E Video Stores: Cut!

Hollywood Entertainment's stock flops after its Net foray

He was the toast of Portland, Ore. Starting with a single downtown store in 1988, Mark Wattles built Hollywood Entertainment Corp. into a video-rental powerhouse second only to industry leader Blockbuster Inc. With employees decked out in usher-style vests and bow ties, his Hollywood Video stores popped up on more than 1,000 street corners within a decade. By 1998, the chain's stock had grown fourfold, to 27, giving Hollywood a market value of $1.2 billion. With a 25.2% stake, Wattles, then 38, was worth $312 million. That same year, he discovered the Internet. It has been downhill ever since.

Hollywood is now struggling to right itself from its $160 million plunge into the Net. Since Wattles paid $96.9 million for video and DVD retailing site Reel.com in July 1998, shares in Hollywood have fallen below the $7.50 level of its 1993 initial public offering, even as the primary business of renting videos at its 1,710 stores has grown impressively.

The slide prompted Hollywood on Apr. 19 to hire investment bankers Donaldson, Lufkin & Jenrette Inc. to "explore strategic opportunities" in an attempt to heal its sickly stock price. "Would I do it all over again?" asks Wattles. "It would be tough to do the deal all over again, only because the pain has been so great."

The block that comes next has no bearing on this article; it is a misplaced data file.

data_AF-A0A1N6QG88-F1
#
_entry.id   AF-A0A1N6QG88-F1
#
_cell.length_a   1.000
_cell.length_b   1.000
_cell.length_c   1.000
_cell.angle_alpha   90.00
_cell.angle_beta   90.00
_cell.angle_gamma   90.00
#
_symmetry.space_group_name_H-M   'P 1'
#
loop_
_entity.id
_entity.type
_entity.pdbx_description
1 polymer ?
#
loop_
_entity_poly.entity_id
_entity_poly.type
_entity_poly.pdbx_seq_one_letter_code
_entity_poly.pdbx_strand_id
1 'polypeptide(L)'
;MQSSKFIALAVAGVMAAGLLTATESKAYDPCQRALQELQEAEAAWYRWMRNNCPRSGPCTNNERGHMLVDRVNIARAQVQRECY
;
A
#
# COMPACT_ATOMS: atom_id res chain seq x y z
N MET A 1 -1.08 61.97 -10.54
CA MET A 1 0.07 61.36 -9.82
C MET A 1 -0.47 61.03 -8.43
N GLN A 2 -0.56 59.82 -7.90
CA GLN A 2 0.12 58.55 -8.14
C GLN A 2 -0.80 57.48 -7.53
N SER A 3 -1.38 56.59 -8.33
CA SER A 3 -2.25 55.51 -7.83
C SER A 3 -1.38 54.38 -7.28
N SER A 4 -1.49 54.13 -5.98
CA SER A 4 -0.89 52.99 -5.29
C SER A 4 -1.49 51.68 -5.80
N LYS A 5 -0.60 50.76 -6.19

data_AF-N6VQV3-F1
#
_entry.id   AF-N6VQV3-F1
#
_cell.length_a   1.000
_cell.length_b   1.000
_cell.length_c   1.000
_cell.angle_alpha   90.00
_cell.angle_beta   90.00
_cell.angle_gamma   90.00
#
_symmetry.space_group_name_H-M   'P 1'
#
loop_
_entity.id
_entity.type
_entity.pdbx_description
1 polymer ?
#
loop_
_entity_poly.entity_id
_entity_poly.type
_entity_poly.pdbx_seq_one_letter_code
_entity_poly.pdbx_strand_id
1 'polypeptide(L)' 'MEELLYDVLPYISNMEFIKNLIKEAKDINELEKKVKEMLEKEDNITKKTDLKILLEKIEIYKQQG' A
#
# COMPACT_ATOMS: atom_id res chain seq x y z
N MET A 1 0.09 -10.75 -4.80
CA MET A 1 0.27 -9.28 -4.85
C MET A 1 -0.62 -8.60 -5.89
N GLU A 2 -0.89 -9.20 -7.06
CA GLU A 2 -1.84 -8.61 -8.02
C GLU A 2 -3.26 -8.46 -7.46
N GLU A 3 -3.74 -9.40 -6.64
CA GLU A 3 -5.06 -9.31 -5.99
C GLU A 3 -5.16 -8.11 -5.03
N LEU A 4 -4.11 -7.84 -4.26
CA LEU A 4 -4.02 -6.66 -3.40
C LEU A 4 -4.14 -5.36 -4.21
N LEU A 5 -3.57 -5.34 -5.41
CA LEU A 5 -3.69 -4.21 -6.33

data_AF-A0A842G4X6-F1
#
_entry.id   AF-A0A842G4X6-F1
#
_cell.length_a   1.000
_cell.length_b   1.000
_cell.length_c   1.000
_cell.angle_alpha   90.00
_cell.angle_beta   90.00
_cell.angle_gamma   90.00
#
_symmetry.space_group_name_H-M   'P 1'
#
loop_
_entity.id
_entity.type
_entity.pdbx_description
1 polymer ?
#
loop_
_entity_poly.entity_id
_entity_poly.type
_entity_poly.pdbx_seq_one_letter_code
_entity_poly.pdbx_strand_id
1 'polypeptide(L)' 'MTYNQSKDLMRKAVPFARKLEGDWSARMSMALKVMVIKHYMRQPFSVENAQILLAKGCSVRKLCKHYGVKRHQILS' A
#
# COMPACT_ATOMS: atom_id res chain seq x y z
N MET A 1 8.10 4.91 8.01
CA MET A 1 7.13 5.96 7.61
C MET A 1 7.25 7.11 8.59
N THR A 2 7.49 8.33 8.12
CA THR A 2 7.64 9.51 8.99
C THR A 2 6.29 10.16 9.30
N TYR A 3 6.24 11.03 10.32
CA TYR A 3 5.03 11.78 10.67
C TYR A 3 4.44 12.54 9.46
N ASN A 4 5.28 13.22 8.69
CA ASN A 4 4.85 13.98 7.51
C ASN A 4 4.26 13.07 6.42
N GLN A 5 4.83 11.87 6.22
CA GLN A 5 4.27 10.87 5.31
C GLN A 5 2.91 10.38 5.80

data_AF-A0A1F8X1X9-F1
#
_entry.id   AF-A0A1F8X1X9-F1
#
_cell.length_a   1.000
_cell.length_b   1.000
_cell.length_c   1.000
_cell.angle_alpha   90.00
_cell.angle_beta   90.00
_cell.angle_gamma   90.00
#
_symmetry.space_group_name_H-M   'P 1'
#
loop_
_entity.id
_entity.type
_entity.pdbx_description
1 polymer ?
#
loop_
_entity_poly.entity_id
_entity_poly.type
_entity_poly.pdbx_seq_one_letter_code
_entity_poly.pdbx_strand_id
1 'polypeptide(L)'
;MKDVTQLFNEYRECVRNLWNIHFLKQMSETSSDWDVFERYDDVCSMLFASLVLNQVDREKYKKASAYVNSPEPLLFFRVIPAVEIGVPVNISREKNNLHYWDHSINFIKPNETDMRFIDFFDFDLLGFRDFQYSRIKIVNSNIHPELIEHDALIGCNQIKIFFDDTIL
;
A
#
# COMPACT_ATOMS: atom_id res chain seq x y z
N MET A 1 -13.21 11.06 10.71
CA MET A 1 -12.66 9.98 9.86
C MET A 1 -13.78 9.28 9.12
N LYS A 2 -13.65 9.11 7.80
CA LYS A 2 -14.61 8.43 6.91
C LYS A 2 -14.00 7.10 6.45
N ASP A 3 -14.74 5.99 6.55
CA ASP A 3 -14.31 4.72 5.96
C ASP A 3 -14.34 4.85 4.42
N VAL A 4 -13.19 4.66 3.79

Hollywood's problems come despite Reel.com's standing as a major player in the emerging online market for video and DVD sales. But huge marketing expenses and price discounting helped Reel.com rack up a $98.5 million loss last year. That's nearly five times what it lost the year before, even as revenues nearly tripled, to $42 million. As a result of the losses at Reel.com, Hollywood lost $51.3 million on sales of $1.1 billion. Reel.com has since raised its DVD prices, but still faces hefty marketing costs to compete with Blockbuster's new site, which recently signed a marketing deal with America Online.

Although DLJ could yet find a buyer with an offer Wattles couldn't refuse, the chairman says his company isn't for sale. Instead, he would prefer to take Reel.com off Hollywood's balance sheet by lining up outside partners to make the Internet business an "unrestricted" unit not dependent on the parent for funding. DLJ is currently lining up candidates, which may include a technology partner that can help Reel.com develop its downloading capability. Wattles says grocery-store billionaire Ronald W. Burkle's Los Angeles investment fund, Yucaipa Cos., has already agreed to inject $20 million for a 10% stake. Wattles expects to attract at least one other outsider, but figures Hollywood will maintain about an 80% share.

Meanwhile, Wattles still must shore up Hollywood's sagging reputation on Wall Street. To do it, he's curtailing expansion plans, opening only 200 to 250 new stores this year, vs. 355 in 1999. And he's downsizing the stores to 5,000 square feet from 7,500 square feet, which should help trim store-opening costs by about $100,000, to just under $400,000. By spending less on opening new stores, says Wattles, the company will buy down some of the debt it amassed during more than a decade of expansion.

The moves have started to win favor among some on Wall Street. "This is a company that still has a strong core business, but it is being penalized by one acquisition," says Jennifer Jordan, an analyst with Portland (Ore.)-based Black & Co. That's another sale for the one-time whiz kid, who still needs to make several more.

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